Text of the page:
tree sitMonkton Vermont (sometimes referred to as “the middle of nowhere”) is a small rural town in the foothills of the Green Mountains.  Life is usually quite predictable and uneventful here in Monkton, but these days a drama is unfolding right in our midst and at least some of us are pretty darn proud.

Half a mile from the ToDo Institute a young woman named Addie sits in a tree, on a platform 30’ above ground.  She has been in this tree for ten days now, day and night, rain and shine, by herself, throwing a monkey wrench into the works of Vermont Gas Company, the installers of a pipeline that will carry fracked gas from Canada right through the yards and gardens of Monkton, on its way to Middlebury.

Aside from being half a mile away, what does this tree-sit have to do with the ToDo Institute?  We’re not a training center for civil disobedience or an environmentalist center.  But we are a training center that supports thoughtful, purposeful action in the world, and awareness of the interdependent nature of our lives.

And that’s the spirit that Addie demonstrates, as she sits alone in the tree.  She is doing what she can do, not just for her benefit but for the sake of the planet and those who will follow behind.  Her efforts may not ultimately prevent the pipeline but they are delaying the process, bringing attention to the issue and showing us what courage and conviction look like.   She is not doing nothing.  She is doing something.  She is doing what she can control and giving it all she’s got.

Of course Addie is part of a large network of local activists and supporters who are providing the infrastructure, so to speak.  So bravo, Addie Herbert, and the others who have taken a stand and fought this pipeline, who have devoted countless hours learning about the issues, attending hearings and rallies, and doing whatever they can to influence the course of events.

May we all demonstrate such heart when the opportunity arises.  May we be willing to go beyond our own convenience and comfort, if that is what is called for, to take purposeful action in the world.  May we inspire each other as we take the next step, even if the outcome is in suspense, even if the odds are against us, because we believe it is the right thing to do.

 

Author Bio

Linda Anderson Krech, LICSW, is Program Director of the ToDo Institute and has been a frequent contributor to Thirty Thousand Days. She is the author of Little Dreams: A Practical Guide to Spiritual Parenting and has been teaching Japanese Psychology for over 20 years.

3 Comments

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  1. Carole Serling 2 years ago

    Dear Linda,
    I am disappointed to see your post today, as I prefer that political musings and partisan positions not become a part of your messages. But since you’ve gone there, I feel I can ask you to get educated to opposing views; here is a link to a number of excellent 5-minutes videos which rebut what I view as the prevailing left wing propaganda about many aspects of energy production and consumption in America and the world today.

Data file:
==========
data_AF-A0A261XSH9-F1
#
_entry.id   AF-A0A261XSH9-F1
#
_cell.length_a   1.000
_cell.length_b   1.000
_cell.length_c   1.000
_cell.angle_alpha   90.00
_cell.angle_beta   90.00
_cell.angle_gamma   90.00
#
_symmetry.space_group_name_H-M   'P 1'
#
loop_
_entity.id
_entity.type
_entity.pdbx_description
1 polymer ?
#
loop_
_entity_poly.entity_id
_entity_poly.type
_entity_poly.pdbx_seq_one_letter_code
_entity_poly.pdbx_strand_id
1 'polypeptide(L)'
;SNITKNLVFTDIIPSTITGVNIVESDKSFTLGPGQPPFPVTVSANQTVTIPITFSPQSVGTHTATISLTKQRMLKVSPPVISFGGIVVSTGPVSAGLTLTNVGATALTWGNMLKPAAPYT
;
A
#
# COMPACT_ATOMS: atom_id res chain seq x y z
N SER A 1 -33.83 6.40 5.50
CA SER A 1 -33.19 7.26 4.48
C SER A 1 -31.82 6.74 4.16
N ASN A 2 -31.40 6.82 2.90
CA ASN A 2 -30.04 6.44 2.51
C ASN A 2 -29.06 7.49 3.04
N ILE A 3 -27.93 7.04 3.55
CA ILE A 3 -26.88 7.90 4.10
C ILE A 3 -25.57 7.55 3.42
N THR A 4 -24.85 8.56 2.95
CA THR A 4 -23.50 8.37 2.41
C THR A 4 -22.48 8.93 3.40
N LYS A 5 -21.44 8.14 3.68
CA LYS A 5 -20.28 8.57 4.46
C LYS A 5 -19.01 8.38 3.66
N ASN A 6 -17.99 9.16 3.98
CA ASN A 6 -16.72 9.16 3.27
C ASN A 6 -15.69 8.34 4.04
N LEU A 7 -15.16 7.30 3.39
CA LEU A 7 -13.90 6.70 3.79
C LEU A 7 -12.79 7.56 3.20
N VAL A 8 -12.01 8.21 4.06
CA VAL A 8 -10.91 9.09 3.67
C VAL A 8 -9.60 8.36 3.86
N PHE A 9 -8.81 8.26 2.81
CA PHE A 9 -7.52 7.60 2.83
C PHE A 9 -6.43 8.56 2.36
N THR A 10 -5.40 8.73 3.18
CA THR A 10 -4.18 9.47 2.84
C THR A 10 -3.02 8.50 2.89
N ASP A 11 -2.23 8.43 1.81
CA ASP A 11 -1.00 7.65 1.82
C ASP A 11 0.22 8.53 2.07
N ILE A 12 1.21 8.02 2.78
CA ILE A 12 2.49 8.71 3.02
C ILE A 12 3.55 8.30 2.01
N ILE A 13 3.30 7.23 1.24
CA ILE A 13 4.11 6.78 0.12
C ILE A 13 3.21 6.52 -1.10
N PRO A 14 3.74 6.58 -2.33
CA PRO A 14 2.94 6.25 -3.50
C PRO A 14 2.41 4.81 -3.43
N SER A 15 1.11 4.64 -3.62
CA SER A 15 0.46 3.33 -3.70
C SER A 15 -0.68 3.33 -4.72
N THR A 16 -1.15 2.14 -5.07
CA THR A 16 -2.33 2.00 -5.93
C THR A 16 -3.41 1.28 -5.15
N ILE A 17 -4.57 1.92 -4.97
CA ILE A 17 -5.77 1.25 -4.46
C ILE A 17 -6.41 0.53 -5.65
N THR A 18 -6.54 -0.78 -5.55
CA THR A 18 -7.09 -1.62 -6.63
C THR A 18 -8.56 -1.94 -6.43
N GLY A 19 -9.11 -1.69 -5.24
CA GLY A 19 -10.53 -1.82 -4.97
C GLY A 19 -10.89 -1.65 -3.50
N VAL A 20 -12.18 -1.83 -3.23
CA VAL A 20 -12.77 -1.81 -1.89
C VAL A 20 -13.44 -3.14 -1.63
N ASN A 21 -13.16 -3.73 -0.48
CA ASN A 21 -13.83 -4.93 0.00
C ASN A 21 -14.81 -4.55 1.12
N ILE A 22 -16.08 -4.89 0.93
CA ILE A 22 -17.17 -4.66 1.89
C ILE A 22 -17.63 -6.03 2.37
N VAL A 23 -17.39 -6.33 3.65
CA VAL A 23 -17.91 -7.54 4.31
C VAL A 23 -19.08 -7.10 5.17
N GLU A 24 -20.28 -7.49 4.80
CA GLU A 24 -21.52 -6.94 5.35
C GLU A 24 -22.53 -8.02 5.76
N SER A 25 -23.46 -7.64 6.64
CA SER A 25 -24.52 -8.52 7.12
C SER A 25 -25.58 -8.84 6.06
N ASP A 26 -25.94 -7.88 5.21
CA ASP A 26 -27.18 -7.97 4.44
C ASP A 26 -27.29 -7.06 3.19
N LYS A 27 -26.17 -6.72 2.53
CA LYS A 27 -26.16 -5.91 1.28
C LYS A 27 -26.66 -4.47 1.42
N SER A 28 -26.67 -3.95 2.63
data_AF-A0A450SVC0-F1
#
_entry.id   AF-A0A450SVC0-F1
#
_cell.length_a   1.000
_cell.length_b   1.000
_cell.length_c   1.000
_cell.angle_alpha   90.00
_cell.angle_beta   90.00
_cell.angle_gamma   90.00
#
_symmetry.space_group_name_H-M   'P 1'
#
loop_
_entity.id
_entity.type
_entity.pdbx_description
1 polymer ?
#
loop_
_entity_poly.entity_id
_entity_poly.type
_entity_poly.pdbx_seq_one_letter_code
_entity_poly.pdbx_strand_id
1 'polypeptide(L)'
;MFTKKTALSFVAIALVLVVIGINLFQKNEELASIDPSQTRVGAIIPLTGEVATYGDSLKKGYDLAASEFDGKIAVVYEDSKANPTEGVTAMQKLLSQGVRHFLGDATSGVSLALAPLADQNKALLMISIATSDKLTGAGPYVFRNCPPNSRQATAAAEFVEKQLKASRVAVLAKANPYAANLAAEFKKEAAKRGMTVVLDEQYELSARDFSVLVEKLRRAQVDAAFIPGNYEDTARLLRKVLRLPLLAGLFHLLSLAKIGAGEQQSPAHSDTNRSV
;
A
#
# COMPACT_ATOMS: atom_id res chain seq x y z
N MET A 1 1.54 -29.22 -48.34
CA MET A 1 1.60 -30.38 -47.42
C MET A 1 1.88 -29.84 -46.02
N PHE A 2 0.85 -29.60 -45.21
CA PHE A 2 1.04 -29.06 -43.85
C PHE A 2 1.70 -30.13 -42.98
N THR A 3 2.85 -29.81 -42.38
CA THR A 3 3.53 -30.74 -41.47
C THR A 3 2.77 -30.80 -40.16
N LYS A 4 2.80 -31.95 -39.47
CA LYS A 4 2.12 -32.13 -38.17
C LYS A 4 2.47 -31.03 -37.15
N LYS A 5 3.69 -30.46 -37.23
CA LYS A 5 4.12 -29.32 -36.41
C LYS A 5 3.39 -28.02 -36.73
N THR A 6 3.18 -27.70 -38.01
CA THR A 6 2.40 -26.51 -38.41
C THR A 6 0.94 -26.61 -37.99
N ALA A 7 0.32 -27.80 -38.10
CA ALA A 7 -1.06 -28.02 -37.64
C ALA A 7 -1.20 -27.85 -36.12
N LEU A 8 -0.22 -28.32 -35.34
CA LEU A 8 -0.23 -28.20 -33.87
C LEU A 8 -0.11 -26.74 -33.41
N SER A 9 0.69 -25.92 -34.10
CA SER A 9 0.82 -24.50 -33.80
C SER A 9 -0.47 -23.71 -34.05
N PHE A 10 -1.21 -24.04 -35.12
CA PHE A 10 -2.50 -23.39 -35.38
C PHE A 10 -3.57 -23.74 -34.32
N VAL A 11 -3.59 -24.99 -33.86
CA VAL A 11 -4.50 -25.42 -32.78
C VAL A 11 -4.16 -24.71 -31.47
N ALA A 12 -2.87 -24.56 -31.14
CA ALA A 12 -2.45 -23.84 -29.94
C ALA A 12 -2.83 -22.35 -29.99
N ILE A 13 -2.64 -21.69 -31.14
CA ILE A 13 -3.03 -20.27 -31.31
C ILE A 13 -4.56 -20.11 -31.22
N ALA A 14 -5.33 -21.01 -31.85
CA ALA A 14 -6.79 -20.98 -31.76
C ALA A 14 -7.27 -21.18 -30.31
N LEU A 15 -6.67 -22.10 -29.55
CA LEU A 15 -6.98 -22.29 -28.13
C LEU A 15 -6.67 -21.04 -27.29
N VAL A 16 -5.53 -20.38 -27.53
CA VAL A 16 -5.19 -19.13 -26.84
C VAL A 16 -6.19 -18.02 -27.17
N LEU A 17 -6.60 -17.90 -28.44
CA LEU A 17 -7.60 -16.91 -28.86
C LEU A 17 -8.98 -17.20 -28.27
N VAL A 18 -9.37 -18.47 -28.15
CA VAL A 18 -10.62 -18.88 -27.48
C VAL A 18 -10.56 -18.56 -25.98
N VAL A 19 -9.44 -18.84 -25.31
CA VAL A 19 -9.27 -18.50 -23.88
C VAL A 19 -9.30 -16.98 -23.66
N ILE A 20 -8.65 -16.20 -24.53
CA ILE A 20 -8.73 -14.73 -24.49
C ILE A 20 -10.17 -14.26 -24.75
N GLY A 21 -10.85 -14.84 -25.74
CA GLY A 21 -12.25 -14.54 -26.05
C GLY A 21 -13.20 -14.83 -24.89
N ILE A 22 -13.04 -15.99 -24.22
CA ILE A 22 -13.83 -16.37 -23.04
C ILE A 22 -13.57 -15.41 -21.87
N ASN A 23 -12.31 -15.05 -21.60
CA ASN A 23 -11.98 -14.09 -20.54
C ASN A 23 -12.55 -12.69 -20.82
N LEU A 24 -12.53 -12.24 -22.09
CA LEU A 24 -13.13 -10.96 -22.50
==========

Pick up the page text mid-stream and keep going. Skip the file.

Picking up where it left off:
https://www.prageru.com/courses/environmental-science
    Additionally, you might want to go online and find a way to view the documentary movie, “Fracknation”, which is an answer to the anti-fracking movie out some years ago called “Gasland”.
    Respectfully,
    Carole Serling

    • Heather 2 years ago

      Interesting . . . I did not read Linda’s article as being political. How does PROTECTING THE ONE EARTH THAT WE ALL INHABIT benefit or discriminate against one political persuasion or another? Let’s keep this simple.

    • Author
      Linda Anderson Krech 2 years ago

      Thank you for your comment, Carole. We always appreciate hearing from our members and learning about their perspectives.

      The impetus for my essay came more from my admiration for those who act on their convictions, than from my opposition to the pipeline. It is the willingness to take a stand based on what we believe is right that inspires me, especially when doing so involves significant time, effort and inconvenience (as long as those efforts are made peacefully). This particular act of civil disobedience was right in our backyard, so to speak, for fourteen days. As I listened to rain on our roof during the night or woke up to a covering of snow in the morning, I was inspired by the commitment that was being demonstrated. Controlling what we can control, even if the odds are against us, is inspiring to me. Thanks again for your feedback (and for reading our ezine)!

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